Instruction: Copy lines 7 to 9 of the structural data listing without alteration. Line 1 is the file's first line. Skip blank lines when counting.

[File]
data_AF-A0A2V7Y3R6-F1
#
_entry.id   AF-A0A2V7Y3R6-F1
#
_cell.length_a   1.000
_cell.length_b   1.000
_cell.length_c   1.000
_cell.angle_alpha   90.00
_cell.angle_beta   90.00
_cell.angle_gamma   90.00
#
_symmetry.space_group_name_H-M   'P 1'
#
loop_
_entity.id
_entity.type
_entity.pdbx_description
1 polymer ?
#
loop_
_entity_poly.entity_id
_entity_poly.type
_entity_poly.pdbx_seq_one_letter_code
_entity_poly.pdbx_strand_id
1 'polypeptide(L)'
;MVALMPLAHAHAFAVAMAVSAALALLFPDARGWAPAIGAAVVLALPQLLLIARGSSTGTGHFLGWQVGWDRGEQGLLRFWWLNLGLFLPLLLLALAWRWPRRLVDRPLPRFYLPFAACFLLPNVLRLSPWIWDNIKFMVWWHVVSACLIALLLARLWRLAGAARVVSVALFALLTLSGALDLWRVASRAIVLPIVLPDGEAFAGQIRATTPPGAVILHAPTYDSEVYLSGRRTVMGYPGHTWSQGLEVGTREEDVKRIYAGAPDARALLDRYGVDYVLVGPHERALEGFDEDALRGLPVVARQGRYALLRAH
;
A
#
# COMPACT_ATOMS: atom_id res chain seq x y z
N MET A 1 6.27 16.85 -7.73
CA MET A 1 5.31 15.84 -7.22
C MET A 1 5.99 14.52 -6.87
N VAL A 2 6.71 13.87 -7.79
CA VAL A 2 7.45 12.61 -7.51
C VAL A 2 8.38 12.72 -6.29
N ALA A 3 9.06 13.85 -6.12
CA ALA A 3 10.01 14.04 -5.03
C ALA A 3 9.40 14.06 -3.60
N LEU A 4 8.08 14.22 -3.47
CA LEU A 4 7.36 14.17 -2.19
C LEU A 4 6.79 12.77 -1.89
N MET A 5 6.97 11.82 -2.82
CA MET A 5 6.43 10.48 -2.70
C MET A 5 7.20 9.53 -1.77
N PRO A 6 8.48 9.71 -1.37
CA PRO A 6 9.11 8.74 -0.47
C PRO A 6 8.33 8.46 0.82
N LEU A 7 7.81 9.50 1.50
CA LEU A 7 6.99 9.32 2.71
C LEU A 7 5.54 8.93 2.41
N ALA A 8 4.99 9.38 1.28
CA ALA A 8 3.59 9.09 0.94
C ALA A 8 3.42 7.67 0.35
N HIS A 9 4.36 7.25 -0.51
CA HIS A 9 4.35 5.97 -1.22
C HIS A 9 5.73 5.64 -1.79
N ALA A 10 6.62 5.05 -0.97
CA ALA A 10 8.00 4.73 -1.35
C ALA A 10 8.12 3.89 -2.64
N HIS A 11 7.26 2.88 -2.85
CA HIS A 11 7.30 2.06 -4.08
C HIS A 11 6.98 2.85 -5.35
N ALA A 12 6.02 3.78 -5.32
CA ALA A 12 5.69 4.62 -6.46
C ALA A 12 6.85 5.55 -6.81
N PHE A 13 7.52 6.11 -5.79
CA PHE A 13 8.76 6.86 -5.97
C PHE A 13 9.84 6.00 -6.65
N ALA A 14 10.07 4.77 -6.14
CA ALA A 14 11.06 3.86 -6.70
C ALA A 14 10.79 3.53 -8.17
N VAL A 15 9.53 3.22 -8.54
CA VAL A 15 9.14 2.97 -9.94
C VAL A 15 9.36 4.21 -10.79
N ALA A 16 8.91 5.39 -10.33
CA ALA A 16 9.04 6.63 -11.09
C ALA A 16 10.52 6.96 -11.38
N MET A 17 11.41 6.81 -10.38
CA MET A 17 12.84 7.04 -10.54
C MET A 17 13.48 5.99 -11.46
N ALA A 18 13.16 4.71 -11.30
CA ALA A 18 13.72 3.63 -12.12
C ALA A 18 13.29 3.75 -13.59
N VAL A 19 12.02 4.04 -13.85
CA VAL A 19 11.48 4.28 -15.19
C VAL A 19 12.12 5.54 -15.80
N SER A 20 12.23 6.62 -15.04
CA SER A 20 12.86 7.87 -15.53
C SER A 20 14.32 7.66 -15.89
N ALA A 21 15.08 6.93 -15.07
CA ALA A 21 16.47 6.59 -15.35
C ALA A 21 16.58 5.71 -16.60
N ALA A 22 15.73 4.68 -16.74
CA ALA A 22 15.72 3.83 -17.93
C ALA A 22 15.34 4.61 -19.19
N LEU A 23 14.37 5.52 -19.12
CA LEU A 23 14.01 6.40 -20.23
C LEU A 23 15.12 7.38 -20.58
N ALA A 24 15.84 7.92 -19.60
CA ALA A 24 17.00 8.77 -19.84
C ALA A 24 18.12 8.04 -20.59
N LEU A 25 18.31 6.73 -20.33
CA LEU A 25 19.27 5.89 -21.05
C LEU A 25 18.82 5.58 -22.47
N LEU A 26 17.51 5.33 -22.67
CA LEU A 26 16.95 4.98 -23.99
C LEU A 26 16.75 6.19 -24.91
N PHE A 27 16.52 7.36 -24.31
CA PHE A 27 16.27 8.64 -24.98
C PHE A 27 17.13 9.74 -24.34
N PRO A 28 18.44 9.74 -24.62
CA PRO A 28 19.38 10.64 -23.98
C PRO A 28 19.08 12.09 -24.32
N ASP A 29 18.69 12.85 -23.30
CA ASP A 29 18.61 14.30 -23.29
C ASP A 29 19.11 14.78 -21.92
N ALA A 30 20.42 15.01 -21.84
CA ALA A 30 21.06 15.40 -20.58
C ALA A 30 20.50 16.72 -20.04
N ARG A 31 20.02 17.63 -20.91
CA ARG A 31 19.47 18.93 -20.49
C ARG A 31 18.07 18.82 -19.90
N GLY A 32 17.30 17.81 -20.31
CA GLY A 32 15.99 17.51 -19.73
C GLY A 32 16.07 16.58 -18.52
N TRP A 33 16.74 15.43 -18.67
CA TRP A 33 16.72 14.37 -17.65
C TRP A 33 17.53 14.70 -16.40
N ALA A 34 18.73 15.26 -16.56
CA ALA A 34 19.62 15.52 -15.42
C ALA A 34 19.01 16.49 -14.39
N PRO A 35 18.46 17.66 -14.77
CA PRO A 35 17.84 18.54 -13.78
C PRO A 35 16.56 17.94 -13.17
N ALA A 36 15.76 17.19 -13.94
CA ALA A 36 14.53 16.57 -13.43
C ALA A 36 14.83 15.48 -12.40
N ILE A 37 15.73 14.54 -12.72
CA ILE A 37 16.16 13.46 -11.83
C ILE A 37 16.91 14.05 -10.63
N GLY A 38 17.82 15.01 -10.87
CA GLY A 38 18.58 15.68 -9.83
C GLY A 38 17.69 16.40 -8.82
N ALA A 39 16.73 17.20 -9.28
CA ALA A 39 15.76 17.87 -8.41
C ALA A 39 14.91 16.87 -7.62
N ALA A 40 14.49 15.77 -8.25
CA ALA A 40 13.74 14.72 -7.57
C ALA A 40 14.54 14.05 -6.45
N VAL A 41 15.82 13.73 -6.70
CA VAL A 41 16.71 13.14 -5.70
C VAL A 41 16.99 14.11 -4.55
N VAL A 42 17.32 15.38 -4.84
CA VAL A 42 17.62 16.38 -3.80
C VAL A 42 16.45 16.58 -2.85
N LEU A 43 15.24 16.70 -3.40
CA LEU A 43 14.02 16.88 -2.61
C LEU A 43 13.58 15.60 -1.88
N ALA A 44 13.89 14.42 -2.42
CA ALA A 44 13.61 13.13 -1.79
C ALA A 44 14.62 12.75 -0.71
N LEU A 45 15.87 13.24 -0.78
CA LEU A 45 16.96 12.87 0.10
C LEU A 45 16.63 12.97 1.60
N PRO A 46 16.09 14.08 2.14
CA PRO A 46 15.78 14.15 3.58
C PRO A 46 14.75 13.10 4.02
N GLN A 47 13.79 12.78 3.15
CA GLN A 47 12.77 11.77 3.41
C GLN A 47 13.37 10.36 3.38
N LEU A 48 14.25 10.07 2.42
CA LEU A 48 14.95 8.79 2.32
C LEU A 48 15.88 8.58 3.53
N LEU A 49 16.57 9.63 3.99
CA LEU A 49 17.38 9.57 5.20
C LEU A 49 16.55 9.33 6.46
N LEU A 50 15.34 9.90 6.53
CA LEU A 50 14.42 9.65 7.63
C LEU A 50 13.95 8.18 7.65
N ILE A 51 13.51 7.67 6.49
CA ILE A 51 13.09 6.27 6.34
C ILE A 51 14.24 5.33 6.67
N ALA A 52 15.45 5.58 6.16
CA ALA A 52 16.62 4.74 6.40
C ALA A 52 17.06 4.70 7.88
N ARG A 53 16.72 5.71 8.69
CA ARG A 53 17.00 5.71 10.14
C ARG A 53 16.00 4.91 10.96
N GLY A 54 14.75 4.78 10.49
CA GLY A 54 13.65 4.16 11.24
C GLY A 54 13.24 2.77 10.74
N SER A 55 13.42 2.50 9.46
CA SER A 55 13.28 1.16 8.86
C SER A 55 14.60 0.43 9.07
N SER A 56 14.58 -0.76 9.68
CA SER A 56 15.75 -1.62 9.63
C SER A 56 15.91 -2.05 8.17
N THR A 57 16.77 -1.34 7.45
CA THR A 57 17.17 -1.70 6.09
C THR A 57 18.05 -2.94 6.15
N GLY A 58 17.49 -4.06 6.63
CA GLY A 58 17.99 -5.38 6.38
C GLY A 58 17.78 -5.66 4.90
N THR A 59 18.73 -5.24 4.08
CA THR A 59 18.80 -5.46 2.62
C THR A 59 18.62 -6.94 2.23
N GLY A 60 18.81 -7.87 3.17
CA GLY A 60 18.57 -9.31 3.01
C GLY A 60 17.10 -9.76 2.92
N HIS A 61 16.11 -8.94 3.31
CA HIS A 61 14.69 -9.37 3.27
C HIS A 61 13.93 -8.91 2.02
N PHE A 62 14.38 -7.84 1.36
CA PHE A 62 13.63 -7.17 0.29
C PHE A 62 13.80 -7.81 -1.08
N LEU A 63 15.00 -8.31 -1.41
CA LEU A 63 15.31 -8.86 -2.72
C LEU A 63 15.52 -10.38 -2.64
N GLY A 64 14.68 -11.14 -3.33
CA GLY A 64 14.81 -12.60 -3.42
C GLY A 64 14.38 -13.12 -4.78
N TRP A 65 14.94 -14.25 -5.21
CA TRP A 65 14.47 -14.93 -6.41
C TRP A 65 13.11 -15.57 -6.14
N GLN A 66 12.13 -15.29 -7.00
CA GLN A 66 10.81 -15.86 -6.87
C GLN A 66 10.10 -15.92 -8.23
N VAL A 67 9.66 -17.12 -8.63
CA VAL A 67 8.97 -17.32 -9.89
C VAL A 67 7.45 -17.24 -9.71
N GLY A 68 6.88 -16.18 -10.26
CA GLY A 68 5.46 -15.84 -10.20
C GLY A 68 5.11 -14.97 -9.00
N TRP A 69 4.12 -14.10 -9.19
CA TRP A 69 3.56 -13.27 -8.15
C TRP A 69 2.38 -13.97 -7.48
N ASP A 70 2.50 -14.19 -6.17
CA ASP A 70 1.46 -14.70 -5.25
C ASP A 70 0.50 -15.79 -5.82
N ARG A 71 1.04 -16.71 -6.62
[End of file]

_cell.length_c   1.000
_cell.angle_alpha   90.00
_cell.angle_beta   90.00